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Thursday, 3 September 2015

Commerce and climate change

Today's Guardian and Evening Standard both have stories of fascinating sculptural pieces in London.

Barnaby Barford was inspired by the story of the Tower of Babel to create a teetering tower at the V&A formed of 3,000 china replicas of retail outlets from every postcode in London. He says, “I thought how London is like hundreds of different countries and languages all in one city, how this is expressed through our shops, and how I could build a tower that would be both a celebration and critique of commercialism.”

The second is a 'sculpture, entitled The Rising Tide, has been installed near the bankside of Vauxhall bridge and is the work of Jason deCaires Taylor, 41, a British artist best known for creating the world’s first underwater museum in Cancun, then again in the Bahamas.'

'The installation, which sits less than a mile from the Houses of Parliament, comprises four life-size shire horses, standing as a symbol of the origins of industrialisation but also as a warning for the bleak future it is creating for the world by their representation of the four horsemen of the apocalypse.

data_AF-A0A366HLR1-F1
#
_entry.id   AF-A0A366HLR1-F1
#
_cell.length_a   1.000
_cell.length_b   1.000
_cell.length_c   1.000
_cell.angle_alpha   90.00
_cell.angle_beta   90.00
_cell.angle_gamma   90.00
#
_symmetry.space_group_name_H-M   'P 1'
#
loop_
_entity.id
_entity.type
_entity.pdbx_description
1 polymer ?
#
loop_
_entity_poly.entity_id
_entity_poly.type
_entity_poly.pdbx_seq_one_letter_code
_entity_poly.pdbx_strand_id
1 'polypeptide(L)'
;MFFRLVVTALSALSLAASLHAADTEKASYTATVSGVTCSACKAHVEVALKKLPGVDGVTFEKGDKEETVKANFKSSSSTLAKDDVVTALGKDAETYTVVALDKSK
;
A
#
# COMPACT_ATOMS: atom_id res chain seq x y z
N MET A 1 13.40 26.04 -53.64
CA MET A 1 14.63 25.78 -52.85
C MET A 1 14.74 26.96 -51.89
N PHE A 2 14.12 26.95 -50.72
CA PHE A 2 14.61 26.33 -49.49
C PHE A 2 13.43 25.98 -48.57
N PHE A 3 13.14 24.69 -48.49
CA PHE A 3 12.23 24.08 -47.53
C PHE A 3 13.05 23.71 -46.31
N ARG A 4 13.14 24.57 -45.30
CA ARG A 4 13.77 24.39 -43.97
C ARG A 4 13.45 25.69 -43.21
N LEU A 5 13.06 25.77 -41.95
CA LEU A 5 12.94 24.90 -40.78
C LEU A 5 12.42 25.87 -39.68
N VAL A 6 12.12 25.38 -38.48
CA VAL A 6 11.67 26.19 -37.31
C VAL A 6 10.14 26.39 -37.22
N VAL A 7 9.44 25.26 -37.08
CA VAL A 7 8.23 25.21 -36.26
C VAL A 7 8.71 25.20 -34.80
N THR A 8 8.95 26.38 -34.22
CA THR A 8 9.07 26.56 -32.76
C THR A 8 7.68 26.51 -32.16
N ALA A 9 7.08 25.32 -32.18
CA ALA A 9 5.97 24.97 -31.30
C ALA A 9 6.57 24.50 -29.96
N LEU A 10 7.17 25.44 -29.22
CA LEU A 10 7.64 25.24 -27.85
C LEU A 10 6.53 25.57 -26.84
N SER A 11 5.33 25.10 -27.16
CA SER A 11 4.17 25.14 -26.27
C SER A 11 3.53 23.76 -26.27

While the bodies of the figures and horses are moulded from real life, each of the horses’ heads has been replaced by the “horse head” of an oilwell pump – a political comment on the impact of fossil fuels on our planet.'

'At high tide, you might barely know they’re there. But as the water level of the Thames comes and goes twice a day with the tide, the four ghostly heads – and the horses they sit atop – slowly emerge fully into view.'


T. Bone Burnett - Humans From Earth.

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